This is a review of the Nyfti Folding bike, which as far as I know, is the only locally built folding bike in the Philippines. It is a truly awesome bike. However, while reviewing this wonderful piece of Pinoy engineering, I also felt that I had to vent out my frustrations on the problem that the Nyfti is trying solve. So please bear with me.
First, let’s get the obvious out of the way: Edsa during rush hour is the Eighth Circle of Hell. It’s a kind of punishment you would wish only on your worst enemies, and only if your own soul has become so warped and devoid of empathy that you’re willing to inflict extreme torment and suffering on another sentient being.
The fact that millions have to endure such a soul crushing ordeal 5-6 days a week is a testament to the insensitivity of the government and its abject failure to provide basic services to the public.
And sadly, the infernal gridlocks of Edsa and other major Metro Manila roads aren’t going away anytime soon. Presidential candidates will promise to ease traffic, but they are talking out of their asses. The fact is: with car sales reaching record highs and thousands of new vehicles pouring into the highways each day, there isn’t really much that can be done in the short term.
Meanwhile, with the mass transport system remaining as irrational, inefficient and chaotic as ever, we may be doomed to remain neck deep in this simmering, stinking, soul-destroying quagmire for quite a while.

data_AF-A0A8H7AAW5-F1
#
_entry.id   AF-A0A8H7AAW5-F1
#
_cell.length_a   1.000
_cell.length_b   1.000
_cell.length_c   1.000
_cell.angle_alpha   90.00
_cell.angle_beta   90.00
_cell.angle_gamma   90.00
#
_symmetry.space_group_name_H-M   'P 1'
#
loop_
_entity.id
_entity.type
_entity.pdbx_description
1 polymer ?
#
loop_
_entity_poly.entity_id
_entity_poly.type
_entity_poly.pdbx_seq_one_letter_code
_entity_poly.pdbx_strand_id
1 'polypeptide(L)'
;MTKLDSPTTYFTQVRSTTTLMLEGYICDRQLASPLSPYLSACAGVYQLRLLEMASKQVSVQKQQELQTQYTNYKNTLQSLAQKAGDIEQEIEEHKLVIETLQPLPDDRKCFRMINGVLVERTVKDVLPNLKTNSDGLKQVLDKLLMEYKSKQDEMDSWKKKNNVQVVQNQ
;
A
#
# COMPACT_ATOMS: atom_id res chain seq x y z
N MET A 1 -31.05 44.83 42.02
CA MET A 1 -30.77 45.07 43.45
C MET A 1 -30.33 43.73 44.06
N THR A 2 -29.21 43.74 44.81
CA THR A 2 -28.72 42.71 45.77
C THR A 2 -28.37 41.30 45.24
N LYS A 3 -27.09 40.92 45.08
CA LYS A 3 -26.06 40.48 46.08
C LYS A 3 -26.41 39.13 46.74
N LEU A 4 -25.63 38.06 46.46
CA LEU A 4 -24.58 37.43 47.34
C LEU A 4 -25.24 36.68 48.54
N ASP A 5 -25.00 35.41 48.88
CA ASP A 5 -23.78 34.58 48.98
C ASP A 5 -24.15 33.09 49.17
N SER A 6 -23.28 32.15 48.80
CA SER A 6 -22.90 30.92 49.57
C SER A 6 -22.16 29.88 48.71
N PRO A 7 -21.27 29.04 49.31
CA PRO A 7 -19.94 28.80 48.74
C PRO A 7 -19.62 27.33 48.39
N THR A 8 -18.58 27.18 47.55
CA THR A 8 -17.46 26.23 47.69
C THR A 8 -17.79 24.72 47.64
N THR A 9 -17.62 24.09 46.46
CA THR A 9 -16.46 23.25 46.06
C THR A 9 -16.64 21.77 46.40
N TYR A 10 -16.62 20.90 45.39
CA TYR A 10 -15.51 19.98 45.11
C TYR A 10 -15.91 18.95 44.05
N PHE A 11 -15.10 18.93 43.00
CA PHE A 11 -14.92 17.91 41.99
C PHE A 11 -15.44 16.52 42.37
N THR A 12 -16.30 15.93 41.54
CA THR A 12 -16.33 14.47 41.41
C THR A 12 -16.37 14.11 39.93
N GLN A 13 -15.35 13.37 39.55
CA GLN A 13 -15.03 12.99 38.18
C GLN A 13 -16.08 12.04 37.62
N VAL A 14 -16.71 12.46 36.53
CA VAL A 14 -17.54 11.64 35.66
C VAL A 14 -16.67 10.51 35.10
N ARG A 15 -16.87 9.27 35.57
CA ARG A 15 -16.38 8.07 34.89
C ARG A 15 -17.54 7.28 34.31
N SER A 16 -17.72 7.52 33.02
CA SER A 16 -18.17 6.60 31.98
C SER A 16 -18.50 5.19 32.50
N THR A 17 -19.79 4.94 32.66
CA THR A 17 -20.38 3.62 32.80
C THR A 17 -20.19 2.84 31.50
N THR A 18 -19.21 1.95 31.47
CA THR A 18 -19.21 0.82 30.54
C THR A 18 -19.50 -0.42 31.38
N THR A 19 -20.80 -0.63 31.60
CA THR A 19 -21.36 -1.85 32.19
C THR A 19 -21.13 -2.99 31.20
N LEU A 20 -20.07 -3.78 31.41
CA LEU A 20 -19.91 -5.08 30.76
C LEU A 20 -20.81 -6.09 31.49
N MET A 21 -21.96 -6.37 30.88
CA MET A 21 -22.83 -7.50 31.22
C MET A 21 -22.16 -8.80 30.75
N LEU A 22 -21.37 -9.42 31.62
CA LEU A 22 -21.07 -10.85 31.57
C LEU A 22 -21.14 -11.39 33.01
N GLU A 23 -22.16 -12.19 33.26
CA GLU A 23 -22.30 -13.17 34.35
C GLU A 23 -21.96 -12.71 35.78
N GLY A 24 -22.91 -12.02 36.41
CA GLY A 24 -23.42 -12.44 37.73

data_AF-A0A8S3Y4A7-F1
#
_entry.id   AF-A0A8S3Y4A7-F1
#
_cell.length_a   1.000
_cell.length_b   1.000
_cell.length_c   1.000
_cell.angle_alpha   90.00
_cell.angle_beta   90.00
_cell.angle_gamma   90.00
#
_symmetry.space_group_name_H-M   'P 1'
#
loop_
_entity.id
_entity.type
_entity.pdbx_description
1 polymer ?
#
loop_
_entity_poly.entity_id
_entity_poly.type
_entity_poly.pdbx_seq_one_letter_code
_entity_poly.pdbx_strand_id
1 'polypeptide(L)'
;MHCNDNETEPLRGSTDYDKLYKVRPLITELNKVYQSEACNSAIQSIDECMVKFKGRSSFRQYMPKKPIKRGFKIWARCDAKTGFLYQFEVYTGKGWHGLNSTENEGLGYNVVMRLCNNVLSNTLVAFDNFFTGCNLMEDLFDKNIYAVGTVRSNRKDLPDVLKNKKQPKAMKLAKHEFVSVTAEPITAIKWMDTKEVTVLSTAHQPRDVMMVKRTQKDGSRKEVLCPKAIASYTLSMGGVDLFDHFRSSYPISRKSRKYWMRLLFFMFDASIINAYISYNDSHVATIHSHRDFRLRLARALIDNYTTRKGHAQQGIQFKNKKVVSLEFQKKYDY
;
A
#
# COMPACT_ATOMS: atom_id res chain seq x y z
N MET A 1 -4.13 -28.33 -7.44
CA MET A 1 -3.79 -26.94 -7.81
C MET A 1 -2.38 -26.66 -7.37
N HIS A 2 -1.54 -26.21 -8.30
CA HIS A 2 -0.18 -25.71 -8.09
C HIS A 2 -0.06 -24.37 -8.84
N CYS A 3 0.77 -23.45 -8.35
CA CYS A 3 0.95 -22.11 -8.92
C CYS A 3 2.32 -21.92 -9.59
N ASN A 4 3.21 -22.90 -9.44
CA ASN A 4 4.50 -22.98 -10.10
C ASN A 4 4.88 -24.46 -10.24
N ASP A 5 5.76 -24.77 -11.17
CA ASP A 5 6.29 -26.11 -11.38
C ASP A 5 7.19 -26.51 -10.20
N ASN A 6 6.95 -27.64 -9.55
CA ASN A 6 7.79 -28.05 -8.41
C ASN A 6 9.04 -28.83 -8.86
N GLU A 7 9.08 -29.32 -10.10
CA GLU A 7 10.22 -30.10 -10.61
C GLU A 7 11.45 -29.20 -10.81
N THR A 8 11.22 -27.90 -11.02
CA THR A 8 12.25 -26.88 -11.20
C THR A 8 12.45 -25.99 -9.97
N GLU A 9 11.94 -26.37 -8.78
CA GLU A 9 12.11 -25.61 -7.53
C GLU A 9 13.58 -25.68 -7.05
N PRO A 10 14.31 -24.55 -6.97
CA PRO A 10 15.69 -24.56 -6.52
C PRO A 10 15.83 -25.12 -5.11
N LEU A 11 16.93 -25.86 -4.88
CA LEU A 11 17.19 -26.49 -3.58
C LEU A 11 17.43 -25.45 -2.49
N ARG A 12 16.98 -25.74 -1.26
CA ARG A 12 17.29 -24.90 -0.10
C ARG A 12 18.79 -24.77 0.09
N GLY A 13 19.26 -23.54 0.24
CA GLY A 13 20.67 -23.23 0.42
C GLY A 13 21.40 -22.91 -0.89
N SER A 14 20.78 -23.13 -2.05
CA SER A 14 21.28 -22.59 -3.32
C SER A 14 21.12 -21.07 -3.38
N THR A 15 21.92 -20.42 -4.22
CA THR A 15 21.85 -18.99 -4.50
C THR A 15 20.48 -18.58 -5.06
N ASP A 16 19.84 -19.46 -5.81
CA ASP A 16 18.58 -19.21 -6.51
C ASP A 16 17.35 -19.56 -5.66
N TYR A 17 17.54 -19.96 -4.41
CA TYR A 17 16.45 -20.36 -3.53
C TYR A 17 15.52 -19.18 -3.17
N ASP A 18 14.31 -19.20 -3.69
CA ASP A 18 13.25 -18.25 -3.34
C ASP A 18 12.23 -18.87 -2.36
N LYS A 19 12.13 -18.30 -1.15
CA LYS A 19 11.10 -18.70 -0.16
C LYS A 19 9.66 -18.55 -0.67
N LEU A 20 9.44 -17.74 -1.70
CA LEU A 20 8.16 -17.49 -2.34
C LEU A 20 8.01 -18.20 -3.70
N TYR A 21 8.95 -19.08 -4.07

But there is a way out of the pain and suffering. Bike advocates have been pointing to it for a long time.
Some car enthusiasts may say that it’s not the number of cars that’s the problem, but the lack of discipline among drivers–especially of buses and jeepneys. I beg to disagree.
Discipline can only take you so far. You can try and instill as much discipline as you like, but when the problem is vehicle volume, you’re screwed no matter how much discipline you knock into anybody’s head. Since wise men allege that a picture paints a thousand words, I’ll just leave this GIF here.
I’ve been regularly commuting to work for several months now by bike. By car, it takes me a minimum of 25 minutes to negotiate the roughly 5.5km distance from my home to the office. Then I have to spend another 5-10 minutes just looking for parking. By bike, it takes me 15 minutes at most to get to my place of work. And since the company I work for provides secure bike parking, I don’t really have to worry about my ride getting stolen.
I also feel better after biking to work. When I’m driving, I oftentimes feel helpless–like a prison inmate counting the days til his parole. This helplessness in the face of traffic easily gets transubstantiated into anger and rage against other motorists.
In heavy traffic, you stop seeing other drivers as human beings. Empathy goes out the window. Instead they become hordes of assholes encroaching on your precious, precious slice of pavement. And sometimes you can’t help but vent your anger and frustration on them. Traffic can turn erstwhile decent human beings into wannabe mass murderers. I am actually surprised that incidents of road rage don’t happen more often.